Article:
Jammys Evolve

Though the Jammy Awards were able to bring together the members of Phish for the first time since they broke up four years ago, the reunion may not have been everything Phish-heads had hoped for.

While all members of the beloved jam-band appeared — and two of them grooved onstage (Trey Anastasio and Page McConnell) — they didn’t perform together Wednesday night. And as they accepted their lifetime achievement award, there was no hint of another reunion, dashing rumbling hopes that Phish might become the latest act to get back together for a blockbuster tour.

But the coming together of Anastasio, McConnell, Jon Fishman and Mike Gordon was still the highlight of an emotional and electric evening, as they thanked fans for their groundbreaking journey as the most popular jam-band since the Grateful Dead and one of the most popular touring bands in rock.

Not only was it the highlight, it was also the peak for the seventh annual Jammys, which celebrates the best in improvisational music. In an interview with The Associated Press on Thursday, the show’s executive producer and co-founder, Peter Shapiro, announced it would mark the last Jammy Awards as the event morphs into a larger celebration of live music.

"We’ve kind of accomplished what we set out to do. In a good jam you kind of have to take chances and go in new directions," he told the AP. "That’s why we, on this high … are going to take this momentum in a new direction."

It’s hard to deny the Phish reunion as the awards show’s best moment, despite a history of unique performances that included acts ranging from String Cheese Incident and members of The Dead to John Mayer and Buddy Guy. As Anastasio came the podium to speak, the crowd at the Theater at Madison Square Garden went from roaring cheers to silence.

"I always wanted to somehow have a moment when I could convey to some degree what all of this meant to me and I know to the other guys, too," Anastasio said.

"I feel like as a musician we’re servants, and musicians from the beginning of time have been there to express the mood and the musical feelings in the air for whatever’s going on in that particular culture," he said. "It’s the greatest joy as a musician to be able to translate that, be part of something and watch the scenery around you. That’s what it felt like to be in Phish all those years."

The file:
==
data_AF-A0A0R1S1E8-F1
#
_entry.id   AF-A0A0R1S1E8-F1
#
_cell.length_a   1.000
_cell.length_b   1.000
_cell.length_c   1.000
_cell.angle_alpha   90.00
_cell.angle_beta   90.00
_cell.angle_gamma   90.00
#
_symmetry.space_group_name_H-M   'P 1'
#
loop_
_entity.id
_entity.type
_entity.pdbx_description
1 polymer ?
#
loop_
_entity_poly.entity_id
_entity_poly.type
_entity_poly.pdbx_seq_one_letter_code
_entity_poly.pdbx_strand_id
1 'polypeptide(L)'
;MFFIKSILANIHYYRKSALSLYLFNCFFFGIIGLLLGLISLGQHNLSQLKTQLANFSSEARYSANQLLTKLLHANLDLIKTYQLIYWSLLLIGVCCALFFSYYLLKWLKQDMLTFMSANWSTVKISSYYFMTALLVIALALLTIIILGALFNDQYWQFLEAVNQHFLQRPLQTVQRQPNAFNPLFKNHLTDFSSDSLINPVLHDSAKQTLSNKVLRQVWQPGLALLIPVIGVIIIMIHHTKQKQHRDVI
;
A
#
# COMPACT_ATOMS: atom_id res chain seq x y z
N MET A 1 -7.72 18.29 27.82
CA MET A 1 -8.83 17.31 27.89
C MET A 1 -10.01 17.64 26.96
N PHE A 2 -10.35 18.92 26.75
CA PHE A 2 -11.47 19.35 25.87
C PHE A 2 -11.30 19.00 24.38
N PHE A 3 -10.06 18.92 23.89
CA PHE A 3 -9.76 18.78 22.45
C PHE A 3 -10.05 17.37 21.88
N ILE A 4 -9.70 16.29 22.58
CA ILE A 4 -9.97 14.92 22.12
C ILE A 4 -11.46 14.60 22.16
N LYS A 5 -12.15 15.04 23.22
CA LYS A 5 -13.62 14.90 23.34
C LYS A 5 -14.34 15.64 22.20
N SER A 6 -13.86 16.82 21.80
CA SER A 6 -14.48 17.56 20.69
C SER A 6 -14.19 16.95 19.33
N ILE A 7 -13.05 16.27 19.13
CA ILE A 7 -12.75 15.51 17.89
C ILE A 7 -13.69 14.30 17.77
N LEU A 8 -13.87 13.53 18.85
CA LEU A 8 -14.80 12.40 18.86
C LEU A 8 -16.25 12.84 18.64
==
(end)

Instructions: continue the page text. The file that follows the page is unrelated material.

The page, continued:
The four men haven’t been onstage together since their last performance in Coventry, Vt., in 2004, which wrapped up a farewell tour and a 20-year run for Phish. Since then, each has been working on individual projects.

The foursome embraced each other warmly as they received their trophy, one of two for the evening (they also won best download for a years-old recording released last year for charity). Gordon told the audience he’d been sick earlier in the day and had considered not coming, but said he rallied for "my deepest brothers ever."

The idea of a Phish appearance, and possibly a reunion, added special excitement to the Jammys.

"They helped establish a model for a lot of jam bands that came after them," said Allman Brother and Gov’t Mule’s Warren Haynes. "They are one of the forerunners of this movement and it’s great for them to be here."

But the appearance of Phish wasn’t the evening’s only stirring moment. Haynes performed with Squeeze’s Glenn Tilbrook and Tea Leaf Green on the classic "Tempted"; Galactic jammed with Booker T. and Sharon Jones, then backed rap legend Doug E. Fresh as he beatboxed his way through "The Show" and "La Di Da Di."

But the two most exciting sets came, not surprisingly, with an infusion of Phish: Anastasio transfixed the crowd as he performed the Beatles’ "While My Guitar Gently Weeps" and "Everyone Has Something to Hide Except for Me and My Monkey" with the Fab Faux; and McConnell jammed with jazz musicians Roy Haynes, Christian McBride, James Carter and Nicholas Payton in a special jazz tribute.

"It’s pretty wild. Jam-band crowds seem to be the most enthusiastic music lovers out there," said Payton. "The roots are the same, blues, gospel jazz: it’s all different branches of the same tree."

Shapiro hopes that whatever develops after the Jammys will reflect that. Though the details are still being worked out, he said it will be an event that is broader than the sometimes niche scene of jam-bands.

"The Jammys always celebrated live music and I don’t think that people realize (the variety)" Shapiro said.

He acknowledged that ending the Jammys will be a disappointment to many on the jam-band scene, whose acts don’t always get the acknowledgment that other mainstream awards offer.

"You’re taking a risk a little bit. I am sure people will miss the Jammys but hopefully I think what we are going to bring with the new event will more than make up for it," he said.